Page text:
The Princeton Town Council will soon consider a proposal for the creation of a “historic district” along Prospect Avenue between Washington Road and Murray Place, an area that includes all 11 eating clubs. The proposal, if passed, would significantly limit the University and eating clubs’ abilities to alter the streetscape without the town’s approval.
According to Sandy Harrison ’74, Chairman of the Board of Trustees of the Princeton Prospect Foundation (PPF), the Princeton Town Council is expected to take what may be a final vote on the matter in a public meeting on March 14.
The Town Council’s review follows unanimous approval of the proposed district by the Princeton Planning Board during its meeting on Jan. 6, 2022, and a similarly unanimous recommendation by the Princeton Historic Preservation Commission on Nov. 15, 2021.
“The creation of a Prospect Avenue Historic District,” Harrison said, “is a big deal long term.”
If the local historic district is adopted, the eating clubs and the University “can’t dramatically change the exterior or do anything without town approval,” he noted. “So, it protects the integrity of the architecture and the buildings themselves.” The historic district would protect the landscape of the area, according to Harrison.
The University largely supports the plan for the historic district, and Ayana Gibbs-Okoya, a spokesperson for the University, told The Daily Princetonian that the proposal, if approved, would not interfere with the University’s ongoing expansion, including a new facilities for the School of Engineering and Applied Sciences.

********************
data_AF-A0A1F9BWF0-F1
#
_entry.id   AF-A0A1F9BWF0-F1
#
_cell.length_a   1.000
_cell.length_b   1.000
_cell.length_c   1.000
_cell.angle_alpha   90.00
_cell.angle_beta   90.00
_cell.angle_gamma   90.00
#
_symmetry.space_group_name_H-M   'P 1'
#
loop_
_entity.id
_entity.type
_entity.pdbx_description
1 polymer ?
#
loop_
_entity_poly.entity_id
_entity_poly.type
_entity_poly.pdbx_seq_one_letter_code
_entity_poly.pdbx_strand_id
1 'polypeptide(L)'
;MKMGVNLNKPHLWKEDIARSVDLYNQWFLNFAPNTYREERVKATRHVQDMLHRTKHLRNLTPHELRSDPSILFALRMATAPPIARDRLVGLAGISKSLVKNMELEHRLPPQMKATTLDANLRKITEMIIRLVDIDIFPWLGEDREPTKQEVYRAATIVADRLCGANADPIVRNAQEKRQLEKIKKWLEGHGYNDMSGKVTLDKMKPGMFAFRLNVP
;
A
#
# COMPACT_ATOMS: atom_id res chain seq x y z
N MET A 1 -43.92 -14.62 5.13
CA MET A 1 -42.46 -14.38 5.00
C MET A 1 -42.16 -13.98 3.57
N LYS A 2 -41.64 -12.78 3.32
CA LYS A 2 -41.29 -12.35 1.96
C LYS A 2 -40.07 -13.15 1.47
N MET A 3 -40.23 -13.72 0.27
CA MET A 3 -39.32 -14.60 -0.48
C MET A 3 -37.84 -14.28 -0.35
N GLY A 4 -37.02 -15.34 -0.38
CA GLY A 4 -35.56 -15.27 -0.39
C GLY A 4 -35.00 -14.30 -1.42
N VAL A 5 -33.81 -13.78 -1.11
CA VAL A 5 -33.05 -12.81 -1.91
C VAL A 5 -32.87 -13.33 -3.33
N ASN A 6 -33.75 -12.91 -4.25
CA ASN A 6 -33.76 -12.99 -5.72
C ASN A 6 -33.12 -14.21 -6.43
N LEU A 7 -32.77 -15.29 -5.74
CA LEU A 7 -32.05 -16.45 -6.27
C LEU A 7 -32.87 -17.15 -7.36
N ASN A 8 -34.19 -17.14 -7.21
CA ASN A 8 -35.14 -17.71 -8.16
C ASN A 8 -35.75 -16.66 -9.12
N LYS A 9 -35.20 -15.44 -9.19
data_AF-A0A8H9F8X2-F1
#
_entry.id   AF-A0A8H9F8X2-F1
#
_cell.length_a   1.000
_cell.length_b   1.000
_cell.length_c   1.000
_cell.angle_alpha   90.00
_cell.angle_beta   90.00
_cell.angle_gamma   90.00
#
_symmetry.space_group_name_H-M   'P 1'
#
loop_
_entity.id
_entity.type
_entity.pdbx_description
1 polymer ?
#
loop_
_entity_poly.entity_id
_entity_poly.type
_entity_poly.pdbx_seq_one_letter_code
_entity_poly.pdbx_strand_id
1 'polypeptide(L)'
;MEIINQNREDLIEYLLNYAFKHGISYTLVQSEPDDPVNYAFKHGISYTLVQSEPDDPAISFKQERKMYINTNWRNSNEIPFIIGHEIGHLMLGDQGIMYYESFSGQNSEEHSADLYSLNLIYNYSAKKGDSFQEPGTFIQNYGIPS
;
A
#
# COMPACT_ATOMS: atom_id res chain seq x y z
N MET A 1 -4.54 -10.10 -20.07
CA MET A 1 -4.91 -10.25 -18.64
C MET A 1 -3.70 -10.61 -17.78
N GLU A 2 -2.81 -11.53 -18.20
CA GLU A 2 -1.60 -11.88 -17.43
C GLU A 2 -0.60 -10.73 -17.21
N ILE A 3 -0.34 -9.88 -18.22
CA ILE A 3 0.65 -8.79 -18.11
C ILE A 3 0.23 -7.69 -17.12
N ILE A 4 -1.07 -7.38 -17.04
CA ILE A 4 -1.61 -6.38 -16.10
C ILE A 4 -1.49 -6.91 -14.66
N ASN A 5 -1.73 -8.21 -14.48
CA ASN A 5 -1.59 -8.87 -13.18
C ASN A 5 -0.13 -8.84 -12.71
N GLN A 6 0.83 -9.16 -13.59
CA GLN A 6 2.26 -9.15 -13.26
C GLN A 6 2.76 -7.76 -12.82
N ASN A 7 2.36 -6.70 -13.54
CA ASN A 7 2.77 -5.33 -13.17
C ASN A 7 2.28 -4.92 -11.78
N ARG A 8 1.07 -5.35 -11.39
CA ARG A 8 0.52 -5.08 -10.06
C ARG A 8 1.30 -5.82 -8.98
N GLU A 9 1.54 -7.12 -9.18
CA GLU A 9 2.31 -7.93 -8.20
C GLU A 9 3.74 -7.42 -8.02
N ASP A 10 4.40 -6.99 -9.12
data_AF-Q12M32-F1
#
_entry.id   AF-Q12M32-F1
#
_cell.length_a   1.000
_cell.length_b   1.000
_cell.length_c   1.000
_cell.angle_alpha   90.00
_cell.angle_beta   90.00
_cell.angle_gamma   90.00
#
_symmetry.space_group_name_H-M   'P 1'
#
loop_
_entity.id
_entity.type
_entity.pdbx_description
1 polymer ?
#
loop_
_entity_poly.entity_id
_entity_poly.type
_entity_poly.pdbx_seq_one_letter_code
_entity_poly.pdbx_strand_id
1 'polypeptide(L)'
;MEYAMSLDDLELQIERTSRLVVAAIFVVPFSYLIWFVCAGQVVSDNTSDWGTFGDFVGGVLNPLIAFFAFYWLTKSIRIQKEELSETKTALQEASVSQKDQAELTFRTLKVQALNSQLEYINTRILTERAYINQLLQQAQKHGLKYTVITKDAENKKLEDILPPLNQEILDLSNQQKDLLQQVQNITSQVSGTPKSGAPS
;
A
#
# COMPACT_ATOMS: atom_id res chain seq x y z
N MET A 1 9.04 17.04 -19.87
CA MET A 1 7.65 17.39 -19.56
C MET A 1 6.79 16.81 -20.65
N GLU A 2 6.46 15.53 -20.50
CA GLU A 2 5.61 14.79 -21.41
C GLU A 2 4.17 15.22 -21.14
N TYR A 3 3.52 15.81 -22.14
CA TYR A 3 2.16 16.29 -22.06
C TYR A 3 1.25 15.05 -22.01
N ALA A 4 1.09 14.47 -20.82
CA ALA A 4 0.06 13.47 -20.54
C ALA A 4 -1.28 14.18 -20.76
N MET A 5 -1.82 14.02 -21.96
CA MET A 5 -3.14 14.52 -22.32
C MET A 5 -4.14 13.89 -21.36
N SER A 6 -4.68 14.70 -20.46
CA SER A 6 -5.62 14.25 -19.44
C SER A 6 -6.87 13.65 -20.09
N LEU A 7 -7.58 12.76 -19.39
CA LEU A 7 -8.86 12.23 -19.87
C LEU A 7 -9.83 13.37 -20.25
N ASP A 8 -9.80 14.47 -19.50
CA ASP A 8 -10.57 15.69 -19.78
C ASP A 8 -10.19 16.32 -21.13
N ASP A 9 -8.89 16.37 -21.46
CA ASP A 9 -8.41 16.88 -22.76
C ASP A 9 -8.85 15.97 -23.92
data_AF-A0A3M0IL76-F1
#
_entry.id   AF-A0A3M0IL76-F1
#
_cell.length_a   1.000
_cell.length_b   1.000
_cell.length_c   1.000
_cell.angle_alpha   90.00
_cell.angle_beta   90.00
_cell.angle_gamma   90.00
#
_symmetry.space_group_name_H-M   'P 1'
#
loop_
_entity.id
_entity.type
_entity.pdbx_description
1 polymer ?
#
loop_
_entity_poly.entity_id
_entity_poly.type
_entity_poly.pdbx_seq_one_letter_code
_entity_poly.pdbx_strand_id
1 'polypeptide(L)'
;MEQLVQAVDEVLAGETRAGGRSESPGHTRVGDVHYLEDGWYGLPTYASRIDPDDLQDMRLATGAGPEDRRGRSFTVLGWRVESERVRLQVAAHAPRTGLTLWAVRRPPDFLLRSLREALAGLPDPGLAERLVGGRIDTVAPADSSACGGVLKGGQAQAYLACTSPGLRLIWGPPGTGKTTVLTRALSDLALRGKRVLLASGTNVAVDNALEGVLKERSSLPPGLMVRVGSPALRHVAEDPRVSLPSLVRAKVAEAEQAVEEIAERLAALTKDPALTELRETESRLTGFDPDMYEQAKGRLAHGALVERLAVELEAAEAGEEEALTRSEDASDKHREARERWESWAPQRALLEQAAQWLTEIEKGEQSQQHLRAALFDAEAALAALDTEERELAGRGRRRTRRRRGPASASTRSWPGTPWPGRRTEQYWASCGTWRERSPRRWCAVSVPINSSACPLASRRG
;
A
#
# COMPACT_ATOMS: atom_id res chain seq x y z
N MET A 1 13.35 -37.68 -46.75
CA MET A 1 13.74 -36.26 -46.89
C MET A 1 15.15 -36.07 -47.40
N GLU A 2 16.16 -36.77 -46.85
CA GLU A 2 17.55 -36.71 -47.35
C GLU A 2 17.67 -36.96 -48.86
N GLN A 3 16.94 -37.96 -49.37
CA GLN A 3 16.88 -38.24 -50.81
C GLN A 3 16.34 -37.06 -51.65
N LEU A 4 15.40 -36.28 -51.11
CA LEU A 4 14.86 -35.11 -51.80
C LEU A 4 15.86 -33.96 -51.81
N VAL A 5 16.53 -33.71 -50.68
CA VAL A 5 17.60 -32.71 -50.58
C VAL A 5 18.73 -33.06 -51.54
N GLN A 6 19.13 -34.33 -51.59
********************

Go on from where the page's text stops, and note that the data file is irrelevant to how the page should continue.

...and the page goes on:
Harrison said in an interview with the ‘Prince’ that the change could have broader implications as well. “I also think that the town and gown relationships are now going to improve, too,” he said.
As detailed in the nomination report, submitted by the PPF as part of the months-long review process, the proposed Prospect Avenue Historic District is set to consist of “sixteen grand clubhouses from the final stage of development, three houses from Prospect’s earliest development that later became residences of notable faculty, a monumental wall and gate representing the rise of college athletics and its connection to the eating clubs, and Princeton’s first major apartment building expanding faculty housing, all erected in period styles in the five decades from the 1890s through the 1920s.”
According to the report, 11 of these clubhouses continue to “serve their original function as private undergraduate eating clubs — Tiger Inn, Ivy Club, Cottage Club, Colonial Club, Cap & Gown Club, Cannon Dial Elm Club, Charter Club, Tower Club, Quadrangle Club, Terrace Club, and Cloister Inn.”
The report added that “designation of the Prospect Avenue Historic District as a local historic district was proposed in 1992 in a full report to the Princeton Borough Historic Preservation Review Committee,” but noted that the “proposal was tabled at that time due to concerns from a few of the property owners.”
The current proposal has previously gained support of the Graduate Interclub Council (GICC) and the University.
Schuyler Kean ’22 and Savannah Hampton ’22, outgoing President and Vice President of the Interclub Council (ICC), did not respond to requests for comment from the ‘Prince.’